Politics & Policy

Vox Misfires on Its History of Immigration Reform

Crossing the Mexican border, 1994. (Reuters)

The knives are out for one of the few true legislative reforms of the disastrous mass-immigration system imposed on the American people five decades ago. Representative Raul Grijalva, an Arizona Democrat and a member of the Progressive Caucus, has introduced a congressional resolution condemning the Illegal Immigration Reform and Immigrant Responsibility Act (IIRIRA), a 1996 law that created sorely needed immigration-enforcement measures at the border and in the interior. The timing of the resolution’s introduction coincided with the creation of the “#fix96” campaign, as well as a giant push in the press denouncing the act’s legacy.

The biggest broadside came from Vox, the liberal website whose editor, Ezra Klein, is so committed to an open-borders policy he’s even been criticized by Bernie Sanders for his naiveté. Despite being nearly 4,000-words long, the piece, by Dara Lind, leaves out more than enough facts to earn it the label of revisionist propaganda rather than proper journalism. To begin with, Lind’s perspective is skewed: The only sources she contacted about the complicated law’s history were the George Soros–funded Migration Policy Institute (MPI) and a longtime open-borders professor at NYU.

The focus of Lind’s report is the “deportation machine” that the ’96 act supposedly created. Although the law was signed by Bill Clinton, Lind pins the “blame” for it on mean-spirited Republicans — a conclusion only reachable through historical ignorance.

Any accurate historical treatment of IIRIRA requires coverage of the U.S. Commission on Immigration Reform, which Lind fails to include. Chaired by former Democratic congresswoman and civil-rights icon Barbara Jordan, the blue-ribbon panel was formed in 1990 to study the problems of our then-as-now broken immigration system. Jordan demanded that illegal and legal immigration levels be dramatically reduced. Though her recommendations were ultimately watered down in the final bill, she forcefully advocated an immigration system that would “serve the national interest.”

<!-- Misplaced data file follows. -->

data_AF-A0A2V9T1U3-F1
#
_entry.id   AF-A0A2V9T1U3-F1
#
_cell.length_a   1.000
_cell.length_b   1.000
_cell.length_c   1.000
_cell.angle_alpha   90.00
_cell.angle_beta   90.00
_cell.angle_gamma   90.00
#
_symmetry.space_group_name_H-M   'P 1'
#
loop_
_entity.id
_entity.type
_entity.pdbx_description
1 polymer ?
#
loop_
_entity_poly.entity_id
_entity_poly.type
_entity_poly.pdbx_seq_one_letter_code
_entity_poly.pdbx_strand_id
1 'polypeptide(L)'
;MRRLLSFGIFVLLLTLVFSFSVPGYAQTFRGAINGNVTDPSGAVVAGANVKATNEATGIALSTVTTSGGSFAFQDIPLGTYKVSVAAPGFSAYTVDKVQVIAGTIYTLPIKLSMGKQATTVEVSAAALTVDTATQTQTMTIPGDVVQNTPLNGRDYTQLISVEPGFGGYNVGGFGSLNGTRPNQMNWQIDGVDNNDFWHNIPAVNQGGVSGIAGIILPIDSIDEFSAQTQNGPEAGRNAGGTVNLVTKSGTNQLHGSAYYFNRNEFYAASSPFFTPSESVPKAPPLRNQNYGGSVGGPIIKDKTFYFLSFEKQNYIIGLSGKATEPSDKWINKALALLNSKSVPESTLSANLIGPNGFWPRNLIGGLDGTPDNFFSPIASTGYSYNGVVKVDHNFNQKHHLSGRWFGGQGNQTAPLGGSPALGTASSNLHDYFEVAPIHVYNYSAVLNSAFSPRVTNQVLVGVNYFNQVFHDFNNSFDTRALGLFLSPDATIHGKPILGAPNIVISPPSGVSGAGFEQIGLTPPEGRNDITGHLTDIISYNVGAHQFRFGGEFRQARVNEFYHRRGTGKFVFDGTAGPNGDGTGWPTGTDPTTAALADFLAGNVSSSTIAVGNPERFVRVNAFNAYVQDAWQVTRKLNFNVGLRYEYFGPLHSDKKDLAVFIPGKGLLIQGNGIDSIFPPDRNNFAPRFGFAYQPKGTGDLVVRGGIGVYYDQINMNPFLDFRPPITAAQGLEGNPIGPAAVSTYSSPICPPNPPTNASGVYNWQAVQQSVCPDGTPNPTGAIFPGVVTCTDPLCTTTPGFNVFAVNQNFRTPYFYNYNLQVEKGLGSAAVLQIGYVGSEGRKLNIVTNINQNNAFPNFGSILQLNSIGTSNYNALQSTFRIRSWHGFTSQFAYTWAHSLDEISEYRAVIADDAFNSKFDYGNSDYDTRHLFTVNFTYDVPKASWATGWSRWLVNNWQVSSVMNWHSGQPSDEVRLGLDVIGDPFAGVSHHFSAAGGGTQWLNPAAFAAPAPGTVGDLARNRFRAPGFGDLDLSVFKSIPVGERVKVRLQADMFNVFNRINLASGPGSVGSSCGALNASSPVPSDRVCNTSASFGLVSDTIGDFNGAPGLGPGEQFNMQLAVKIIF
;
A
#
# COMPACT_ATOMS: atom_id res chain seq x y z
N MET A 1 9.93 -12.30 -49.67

Unlike most Democrats today, Jordan understood the consequences of having an immigration system that lacks proper deterrence. Her first report in 1994 opened with the monumentally sensible statement, “The credibility of immigration policy can be measured by a simple yardstick: People who should get in, do get in; people who should not get in are kept out; and people who are judged deportable are required to leave.” Among other things, IIRIRA adopted the immigration-reform commission’s recommendations to dramatically expand the U.S. Border Patrol, improve border-security technology (such as sensors and infrared scopes), improve data exchange between agencies, and build miles of border fencing — all things Lind criticizes the “GOP’s legislation” for supporting, not the Democratic-led commission that shaped it.

#share#Central to Lind’s piece is the curious but oft-repeated assertion that “more immigration enforcement is one big reason why there are so many unauthorized immigrants in the US today.” The theory here is that more illegal aliens opt to settle permanently in the U.S. when they’re less able to make trips back and forth across the border.